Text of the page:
We are struggling, we are full of anxiety, and we come to church and hear a story about a man who does all the right things. He’s successful; he plans on saving for the future like all of the financial planners tell us, but the story ends with him dead and all of his plans come to nothing. What might Jesus be telling his disciples with this story? What might the story have to say to us today? In fact, the answer to those questions is quite simple. The parable serves to illustrate the point Jesus made in the statement that precedes it—“Be on your guard against all kinds of greed, for one’s life does not consist in the abundance of possessions.”
That is the message we need to hear, even in difficult economic times, that one’s life does not consist in the abundance of possessions. Or to put it more bluntly—money cannot buy happiness or meaning. It’s something we know in our hearts, but too much in our culture sends a very different message. The cult of celebrity that drives our media reinforces the lesson that if we were rich, things would be different. Advertising seduces us with the promise that if we buy the next great thing—an Ipad, or Iphone, or what have you; we will be happy. But as we grasp for those things we hope will satisfy us, fill our hungry hearts, we miss what really matters.
The reason money is such a problem for us, is the same reason it was a problem in NT times. You may not think it was important in Jesus’ day, that he and his disciples didn’t worry or think about it. If that’s what you think, you’re wrong. Jesus had more to say about money and wealth than about any other topic. He talked to his disciples about it; as in the first part of today’s gospel, he spoke to strangers about it. He used money, wealth as an object lesson. That’s what he is doing here as he sets up a contrast between a man who seeks security by means of hard work and possessions, and a life lived in Christ, which is where the only true security may be found.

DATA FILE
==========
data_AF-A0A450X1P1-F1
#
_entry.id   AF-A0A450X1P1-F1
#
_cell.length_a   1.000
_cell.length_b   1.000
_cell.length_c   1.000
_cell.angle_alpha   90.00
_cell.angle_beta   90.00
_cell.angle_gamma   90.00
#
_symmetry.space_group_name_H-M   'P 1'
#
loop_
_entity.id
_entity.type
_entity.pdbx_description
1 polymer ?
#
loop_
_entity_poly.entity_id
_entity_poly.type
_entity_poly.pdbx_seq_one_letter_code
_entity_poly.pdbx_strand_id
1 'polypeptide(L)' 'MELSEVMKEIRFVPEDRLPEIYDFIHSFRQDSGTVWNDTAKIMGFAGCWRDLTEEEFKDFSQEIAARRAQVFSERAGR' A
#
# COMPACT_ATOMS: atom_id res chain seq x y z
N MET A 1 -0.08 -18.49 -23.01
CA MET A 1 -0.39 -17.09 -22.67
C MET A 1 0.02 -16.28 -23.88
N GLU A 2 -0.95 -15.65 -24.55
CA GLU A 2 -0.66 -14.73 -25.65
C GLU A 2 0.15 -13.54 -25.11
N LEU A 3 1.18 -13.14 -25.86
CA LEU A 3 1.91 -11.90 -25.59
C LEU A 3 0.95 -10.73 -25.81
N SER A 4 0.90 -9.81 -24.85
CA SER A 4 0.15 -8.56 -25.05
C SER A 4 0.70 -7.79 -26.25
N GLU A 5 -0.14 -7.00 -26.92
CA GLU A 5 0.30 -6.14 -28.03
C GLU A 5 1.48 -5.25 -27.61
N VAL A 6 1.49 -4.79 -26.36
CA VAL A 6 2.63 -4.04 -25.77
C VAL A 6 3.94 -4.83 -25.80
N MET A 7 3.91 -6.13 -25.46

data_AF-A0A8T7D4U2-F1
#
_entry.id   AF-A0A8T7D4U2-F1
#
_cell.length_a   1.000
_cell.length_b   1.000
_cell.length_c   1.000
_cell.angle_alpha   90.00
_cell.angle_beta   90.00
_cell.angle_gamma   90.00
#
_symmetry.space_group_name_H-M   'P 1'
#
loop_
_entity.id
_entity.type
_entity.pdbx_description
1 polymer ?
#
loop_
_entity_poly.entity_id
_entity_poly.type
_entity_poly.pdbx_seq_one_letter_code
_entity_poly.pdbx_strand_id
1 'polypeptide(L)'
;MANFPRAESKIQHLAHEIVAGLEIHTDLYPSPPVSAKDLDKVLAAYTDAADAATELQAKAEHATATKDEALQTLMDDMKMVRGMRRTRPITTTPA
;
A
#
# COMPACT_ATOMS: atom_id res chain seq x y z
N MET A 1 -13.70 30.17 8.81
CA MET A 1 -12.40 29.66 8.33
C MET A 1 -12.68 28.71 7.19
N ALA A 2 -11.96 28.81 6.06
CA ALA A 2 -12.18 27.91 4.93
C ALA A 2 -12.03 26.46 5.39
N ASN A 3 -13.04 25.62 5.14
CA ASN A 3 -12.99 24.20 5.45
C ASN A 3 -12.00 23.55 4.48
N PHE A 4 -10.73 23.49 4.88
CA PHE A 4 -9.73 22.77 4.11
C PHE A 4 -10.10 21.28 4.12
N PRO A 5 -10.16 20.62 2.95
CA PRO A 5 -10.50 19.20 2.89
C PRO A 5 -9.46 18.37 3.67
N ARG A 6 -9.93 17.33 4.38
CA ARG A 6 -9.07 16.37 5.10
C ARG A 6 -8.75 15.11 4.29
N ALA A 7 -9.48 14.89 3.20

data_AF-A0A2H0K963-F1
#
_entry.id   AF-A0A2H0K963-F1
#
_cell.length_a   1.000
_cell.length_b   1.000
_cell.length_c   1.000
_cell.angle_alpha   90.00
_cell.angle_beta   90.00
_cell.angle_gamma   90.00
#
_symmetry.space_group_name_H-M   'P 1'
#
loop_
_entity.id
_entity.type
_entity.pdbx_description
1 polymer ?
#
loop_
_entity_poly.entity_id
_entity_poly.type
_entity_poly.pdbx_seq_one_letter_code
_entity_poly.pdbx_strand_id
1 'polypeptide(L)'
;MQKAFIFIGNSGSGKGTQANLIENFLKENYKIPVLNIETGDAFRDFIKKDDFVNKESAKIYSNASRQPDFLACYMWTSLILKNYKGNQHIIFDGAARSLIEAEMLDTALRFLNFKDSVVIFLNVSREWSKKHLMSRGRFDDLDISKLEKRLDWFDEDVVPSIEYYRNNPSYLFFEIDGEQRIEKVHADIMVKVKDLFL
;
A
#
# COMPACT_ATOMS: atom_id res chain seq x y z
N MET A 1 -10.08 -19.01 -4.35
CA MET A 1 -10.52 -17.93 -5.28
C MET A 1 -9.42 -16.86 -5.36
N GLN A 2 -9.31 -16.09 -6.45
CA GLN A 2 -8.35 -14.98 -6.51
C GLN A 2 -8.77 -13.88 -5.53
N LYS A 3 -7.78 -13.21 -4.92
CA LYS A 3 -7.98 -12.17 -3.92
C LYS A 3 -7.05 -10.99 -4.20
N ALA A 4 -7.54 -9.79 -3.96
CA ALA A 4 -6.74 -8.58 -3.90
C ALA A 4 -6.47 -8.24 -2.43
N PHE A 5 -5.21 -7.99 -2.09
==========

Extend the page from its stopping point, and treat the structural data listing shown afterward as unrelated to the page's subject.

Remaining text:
The reason money is such a problem for us is because it promises security, happiness, and fulfillment. It offers a clear goal for us and a clear standard by which to judge success or failure. We sing, “Money changes everything.” But in the end, for all the stuff it can help us accumulate, all of the places it can take us, it can’t satisfy our hungry hearts. Don’t think I’ve got it figured out and that I can show you how to live a life free of the encumbrance of wealth and the pursuit of happiness through cash and stuff. I can’t. I don’t have it figured out
Against this false life, this false self that beckons the man in the parable, the prophet Hosea offers a clear alternative. It is an oracle from God, Yahweh speaking through the mouth of the prophet, promising judgment and doom on the people of Israel for their faithlessness. But in the midst of that prophecy of doom comes another hopeful, loving image. Using language that sounds like a mother speaking about her love for a child, Yahweh speaks,
I was to them like those
who lift infants to their cheeks.
I bent down to them and fed them.
Like the Israelites we worship our Baals, our gods of money and ease. But when those gods no longer satisfy, God will be there, to comfort us and draw us back, like a mother who loves and nurses her infant. The things that bring us back to what really matters are often those things that challenge us to our core—job loss, illness, the death of a loved one, and we suddenly realize that everything we’ve worked for, aspired to, everything we’ve driven ourselves for counts for little next to the love of those we hold most dear, or our love of God.
It’s a lesson some of us have learned over the years through tragedy or struggle. It’s a lesson some of us are learning right now as we try to make it through this difficult period in our nation’s history. Hosea offers a very different picture of human beings than that expressed by the rich man in our parable. The rich man believes he can do it all by himself, that he can be self-sufficient and secure apart from anyone else and apart from God. Over against that, Hosea shows us as we really are, as we know we are, dependent on God for all we have, dependent upon a God who loves us and cares for us. In that love, in God’s embrace, we find meaning and purpose.